Here’s a fun topic that I’ll share my thoughts on, and then I’m curious to hear how OMAAT readers feel — what are the best luxury hotel brands in the world? It goes without saying that there’s no right answer as to what the best hotel groups are, given that it really is dependent on the specific property and what you’re into.
Below I figured I’d share my overall impressions of major luxury hotel groups, and I’ll put them into two categories:
- Hotels you can easily book with points because they belong to major hotel loyalty programs
- Hotels you can’t book with points; I’ll include brands like Shangri-La in this category — yes, Shangri-La has a points program, but there’s no easy way to earn the points outside of staying at Shangri-La properties, so for most people the points affiliation isn’t particularly useful
Let me also emphasize that I’ll limit my list to hotel groups that have more than 10 properties — yes, that’s arbitrary, but this is intended to streamline things, since otherwise there are all kinds of top notch hotel collections with just a few hotels.
Hotel brand consistency is a problem
The challenge with ranking the world’s best luxury hotel groups is that there’s huge variance in terms of quality between properties. Generally speaking:
- A city hotel may offer a totally different experience than a secluded resort
- Geography can greatly impact hotel quality — hotels are better in Asia than in the United States, for example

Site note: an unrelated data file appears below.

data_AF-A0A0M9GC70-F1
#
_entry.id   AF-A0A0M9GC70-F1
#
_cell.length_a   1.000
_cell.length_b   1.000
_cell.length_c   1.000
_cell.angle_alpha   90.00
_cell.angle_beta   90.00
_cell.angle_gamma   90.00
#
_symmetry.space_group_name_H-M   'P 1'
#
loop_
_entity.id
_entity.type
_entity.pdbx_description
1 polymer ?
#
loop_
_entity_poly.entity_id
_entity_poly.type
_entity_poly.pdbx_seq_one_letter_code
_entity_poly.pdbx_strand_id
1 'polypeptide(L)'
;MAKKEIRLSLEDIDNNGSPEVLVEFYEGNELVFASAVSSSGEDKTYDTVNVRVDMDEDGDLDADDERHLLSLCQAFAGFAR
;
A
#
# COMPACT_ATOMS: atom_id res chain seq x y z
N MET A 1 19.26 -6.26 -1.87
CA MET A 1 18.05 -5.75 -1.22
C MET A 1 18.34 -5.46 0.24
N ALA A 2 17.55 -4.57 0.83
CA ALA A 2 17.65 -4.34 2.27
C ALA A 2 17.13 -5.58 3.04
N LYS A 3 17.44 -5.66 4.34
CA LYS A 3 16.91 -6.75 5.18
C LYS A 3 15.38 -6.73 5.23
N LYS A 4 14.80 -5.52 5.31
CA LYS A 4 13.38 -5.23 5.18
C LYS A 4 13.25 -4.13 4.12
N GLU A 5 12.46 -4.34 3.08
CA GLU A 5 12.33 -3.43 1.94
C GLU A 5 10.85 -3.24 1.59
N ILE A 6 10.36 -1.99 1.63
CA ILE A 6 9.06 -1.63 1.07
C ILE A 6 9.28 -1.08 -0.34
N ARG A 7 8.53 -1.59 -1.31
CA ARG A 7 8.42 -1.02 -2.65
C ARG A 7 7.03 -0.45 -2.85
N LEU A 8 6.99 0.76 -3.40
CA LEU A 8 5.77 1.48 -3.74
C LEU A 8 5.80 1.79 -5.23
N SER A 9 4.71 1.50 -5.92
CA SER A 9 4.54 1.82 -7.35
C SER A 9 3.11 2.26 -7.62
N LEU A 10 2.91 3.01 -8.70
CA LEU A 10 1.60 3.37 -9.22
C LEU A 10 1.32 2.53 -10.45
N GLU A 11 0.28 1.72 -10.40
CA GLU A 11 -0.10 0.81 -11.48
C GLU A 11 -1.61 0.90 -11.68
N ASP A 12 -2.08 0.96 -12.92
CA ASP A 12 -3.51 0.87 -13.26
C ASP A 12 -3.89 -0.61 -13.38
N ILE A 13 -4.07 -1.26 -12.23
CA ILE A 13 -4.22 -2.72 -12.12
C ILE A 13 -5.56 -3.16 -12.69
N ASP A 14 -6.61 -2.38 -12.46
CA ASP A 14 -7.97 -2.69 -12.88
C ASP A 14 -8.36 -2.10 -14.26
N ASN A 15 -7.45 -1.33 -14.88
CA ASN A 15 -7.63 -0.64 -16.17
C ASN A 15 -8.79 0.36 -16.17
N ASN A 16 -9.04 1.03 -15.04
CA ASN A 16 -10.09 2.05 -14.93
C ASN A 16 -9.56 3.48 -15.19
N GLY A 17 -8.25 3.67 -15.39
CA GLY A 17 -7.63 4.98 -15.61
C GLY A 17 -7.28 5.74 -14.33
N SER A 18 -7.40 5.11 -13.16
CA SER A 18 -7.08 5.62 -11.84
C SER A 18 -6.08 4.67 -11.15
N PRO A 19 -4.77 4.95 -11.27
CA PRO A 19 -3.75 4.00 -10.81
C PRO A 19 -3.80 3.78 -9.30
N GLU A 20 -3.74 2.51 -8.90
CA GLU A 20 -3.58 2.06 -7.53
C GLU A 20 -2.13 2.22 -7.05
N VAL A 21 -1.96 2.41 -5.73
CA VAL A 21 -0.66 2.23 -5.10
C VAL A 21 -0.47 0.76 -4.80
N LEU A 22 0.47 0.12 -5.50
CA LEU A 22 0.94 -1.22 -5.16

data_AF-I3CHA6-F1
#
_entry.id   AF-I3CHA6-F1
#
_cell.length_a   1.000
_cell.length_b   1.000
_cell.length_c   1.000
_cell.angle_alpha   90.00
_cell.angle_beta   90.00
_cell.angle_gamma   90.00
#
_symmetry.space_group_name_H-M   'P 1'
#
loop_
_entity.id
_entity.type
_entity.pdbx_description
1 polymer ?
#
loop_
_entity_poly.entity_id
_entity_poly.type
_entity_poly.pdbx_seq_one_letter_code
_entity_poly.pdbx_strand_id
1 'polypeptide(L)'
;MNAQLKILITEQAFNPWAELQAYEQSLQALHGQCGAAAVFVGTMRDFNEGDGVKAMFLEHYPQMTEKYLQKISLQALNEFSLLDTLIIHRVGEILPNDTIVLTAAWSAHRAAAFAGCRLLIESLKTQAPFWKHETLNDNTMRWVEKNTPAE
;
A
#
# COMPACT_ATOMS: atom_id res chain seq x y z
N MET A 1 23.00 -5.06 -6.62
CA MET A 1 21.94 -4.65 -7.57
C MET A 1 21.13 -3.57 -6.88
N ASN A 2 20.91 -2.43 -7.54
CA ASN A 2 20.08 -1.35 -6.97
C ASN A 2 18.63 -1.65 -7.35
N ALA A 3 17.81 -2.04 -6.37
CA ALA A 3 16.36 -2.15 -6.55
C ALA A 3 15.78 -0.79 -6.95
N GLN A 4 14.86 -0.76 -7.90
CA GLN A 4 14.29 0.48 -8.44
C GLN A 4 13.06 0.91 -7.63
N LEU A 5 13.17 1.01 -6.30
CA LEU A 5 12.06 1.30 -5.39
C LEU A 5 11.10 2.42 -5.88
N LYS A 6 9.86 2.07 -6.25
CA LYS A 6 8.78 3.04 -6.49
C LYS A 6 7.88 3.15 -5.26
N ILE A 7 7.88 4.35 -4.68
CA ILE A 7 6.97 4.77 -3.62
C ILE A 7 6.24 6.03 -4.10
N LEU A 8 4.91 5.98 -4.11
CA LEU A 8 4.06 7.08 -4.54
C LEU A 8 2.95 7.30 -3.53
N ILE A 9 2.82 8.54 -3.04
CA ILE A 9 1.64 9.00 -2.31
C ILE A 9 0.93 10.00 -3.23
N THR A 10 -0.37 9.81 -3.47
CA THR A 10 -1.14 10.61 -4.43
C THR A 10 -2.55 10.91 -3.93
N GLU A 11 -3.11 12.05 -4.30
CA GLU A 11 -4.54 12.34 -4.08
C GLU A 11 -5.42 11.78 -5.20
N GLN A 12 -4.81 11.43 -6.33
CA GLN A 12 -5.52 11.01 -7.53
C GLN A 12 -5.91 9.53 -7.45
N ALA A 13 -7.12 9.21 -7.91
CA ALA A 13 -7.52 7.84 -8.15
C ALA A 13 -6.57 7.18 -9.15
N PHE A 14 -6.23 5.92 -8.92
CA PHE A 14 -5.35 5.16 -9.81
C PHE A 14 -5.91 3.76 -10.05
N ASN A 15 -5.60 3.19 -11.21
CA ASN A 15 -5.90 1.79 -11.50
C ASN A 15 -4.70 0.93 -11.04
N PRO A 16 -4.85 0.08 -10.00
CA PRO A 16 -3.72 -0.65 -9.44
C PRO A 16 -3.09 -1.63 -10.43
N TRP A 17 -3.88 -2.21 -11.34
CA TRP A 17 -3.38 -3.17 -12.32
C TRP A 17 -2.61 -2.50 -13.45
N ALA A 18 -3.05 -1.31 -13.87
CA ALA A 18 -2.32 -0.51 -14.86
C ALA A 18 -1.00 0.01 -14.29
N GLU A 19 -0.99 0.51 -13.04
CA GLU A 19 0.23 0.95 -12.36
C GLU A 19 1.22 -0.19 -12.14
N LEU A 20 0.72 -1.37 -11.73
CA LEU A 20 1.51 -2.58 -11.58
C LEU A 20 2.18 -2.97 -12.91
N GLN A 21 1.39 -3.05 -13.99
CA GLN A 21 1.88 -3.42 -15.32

- A hotel may be significantly different based on whether it’s a converted property from another brand, or a new build
- The competitiveness of a hotel market also impacts how hard some hotels choose to try
Just to give an example, while the Four Seasons Denver is a perfectly nice city hotel…
Four Seasons Denver
…it would give you a very different impression of the brand than the Four Seasons Surfside, for example.
Four Seasons Surfside
Best luxury hotel brands you can book with points
I have six favorite luxury hotel brands that can be booked with points. Given the points angle here, I think it’s only fair to consider elite recognition and loyalty perks, since this can play a major role. With that in mind, here’s my ranking:
1. Park Hyatt
For me it doesn’t get much better than Park Hyatt for luxury points hotels. Not only do I love the (typically) minimalist decor of Park Hyatt properties, but you really get the best of both worlds thanks to World of Hyatt — as a Globalist member you can use a suite upgrade award to confirm an upgrade an advance, you receive complimentary breakfast, etc.
I’m always excited when I see there’s a Park Hyatt at the destination I’m traveling to.
You can’t beat the value of redeeming at the Park Hyatt Paris
Alila is one of Hyatt’s newer hotel brands, and it has a focus on nature. So far Alila only has three properties in the US (all in California), but I’ve had great experiences so far, especially given the World of Hyatt connection. Alila’s biggest market is Asia, and I look forward to checking out more Alilas once more places in Asia reopen.